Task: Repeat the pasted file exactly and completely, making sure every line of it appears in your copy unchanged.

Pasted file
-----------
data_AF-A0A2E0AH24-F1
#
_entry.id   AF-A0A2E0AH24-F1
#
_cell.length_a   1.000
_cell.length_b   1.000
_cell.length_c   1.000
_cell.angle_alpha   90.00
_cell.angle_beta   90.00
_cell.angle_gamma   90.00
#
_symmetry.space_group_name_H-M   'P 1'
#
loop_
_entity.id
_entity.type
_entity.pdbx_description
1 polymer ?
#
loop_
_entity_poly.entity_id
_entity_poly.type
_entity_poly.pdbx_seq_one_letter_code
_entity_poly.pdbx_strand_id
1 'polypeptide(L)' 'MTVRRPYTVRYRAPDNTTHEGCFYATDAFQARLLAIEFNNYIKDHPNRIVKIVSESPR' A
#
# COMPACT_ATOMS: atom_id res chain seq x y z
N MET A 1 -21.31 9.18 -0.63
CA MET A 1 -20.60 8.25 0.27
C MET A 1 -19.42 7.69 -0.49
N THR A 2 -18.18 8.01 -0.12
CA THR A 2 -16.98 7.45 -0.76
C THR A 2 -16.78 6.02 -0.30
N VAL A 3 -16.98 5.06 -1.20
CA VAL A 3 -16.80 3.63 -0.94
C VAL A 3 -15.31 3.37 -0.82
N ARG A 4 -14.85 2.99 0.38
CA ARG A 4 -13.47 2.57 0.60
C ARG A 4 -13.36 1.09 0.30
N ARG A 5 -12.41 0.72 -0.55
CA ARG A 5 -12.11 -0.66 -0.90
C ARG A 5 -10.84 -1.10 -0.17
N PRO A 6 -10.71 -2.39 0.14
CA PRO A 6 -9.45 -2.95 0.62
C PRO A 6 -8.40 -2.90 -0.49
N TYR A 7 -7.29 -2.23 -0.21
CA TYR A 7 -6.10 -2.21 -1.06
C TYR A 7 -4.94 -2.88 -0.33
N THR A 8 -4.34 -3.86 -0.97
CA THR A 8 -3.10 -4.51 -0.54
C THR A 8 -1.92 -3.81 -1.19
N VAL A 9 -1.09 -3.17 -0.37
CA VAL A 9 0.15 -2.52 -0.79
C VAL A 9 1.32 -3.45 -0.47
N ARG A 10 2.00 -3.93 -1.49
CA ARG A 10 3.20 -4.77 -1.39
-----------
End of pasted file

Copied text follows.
data_AF-A0A2E0AH24-F1
#
_entry.id   AF-A0A2E0AH24-F1
#
_cell.length_a   1.000
_cell.length_b   1.000
_cell.length_c   1.000
_cell.angle_alpha   90.00
_cell.angle_beta   90.00
_cell.angle_gamma   90.00
#
_symmetry.space_group_name_H-M   'P 1'
#
loop_
_entity.id
_entity.type
_entity.pdbx_description
1 polymer ?
#
loop_
_entity_poly.entity_id
_entity_poly.type
_entity_poly.pdbx_seq_one_letter_code
_entity_poly.pdbx_strand_id
1 'polypeptide(L)' 'MTVRRPYTVRYRAPDNTTHEGCFYATDAFQARLLAIEFNNYIKDHPNRIVKIVSESPR' A
#
# COMPACT_ATOMS: atom_id res chain seq x y z
N MET A 1 -21.31 9.18 -0.63
CA MET A 1 -20.60 8.25 0.27
C MET A 1 -19.42 7.69 -0.49
N THR A 2 -18.18 8.01 -0.12
CA THR A 2 -16.98 7.45 -0.76
C THR A 2 -16.78 6.02 -0.30
N VAL A 3 -16.98 5.06 -1.20
CA VAL A 3 -16.80 3.63 -0.94
C VAL A 3 -15.31 3.37 -0.82
N ARG A 4 -14.85 2.99 0.38
CA ARG A 4 -13.47 2.57 0.60
C ARG A 4 -13.36 1.09 0.30
N ARG A 5 -12.41 0.72 -0.55
CA ARG A 5 -12.11 -0.66 -0.90
C ARG A 5 -10.84 -1.10 -0.17
N PRO A 6 -10.71 -2.39 0.14
CA PRO A 6 -9.45 -2.95 0.62
C PRO A 6 -8.40 -2.90 -0.49
N TYR A 7 -7.29 -2.23 -0.21
CA TYR A 7 -6.10 -2.21 -1.06
C TYR A 7 -4.94 -2.88 -0.33
N THR A 8 -4.34 -3.86 -0.97
CA THR A 8 -3.10 -4.51 -0.54
C THR A 8 -1.92 -3.81 -1.19
N VAL A 9 -1.09 -3.17 -0.37
CA VAL A 9 0.15 -2.52 -0.79
C VAL A 9 1.32 -3.45 -0.47
N ARG A 10 2.00 -3.93 -1.49
CA ARG A 10 3.20 -4.77 -1.39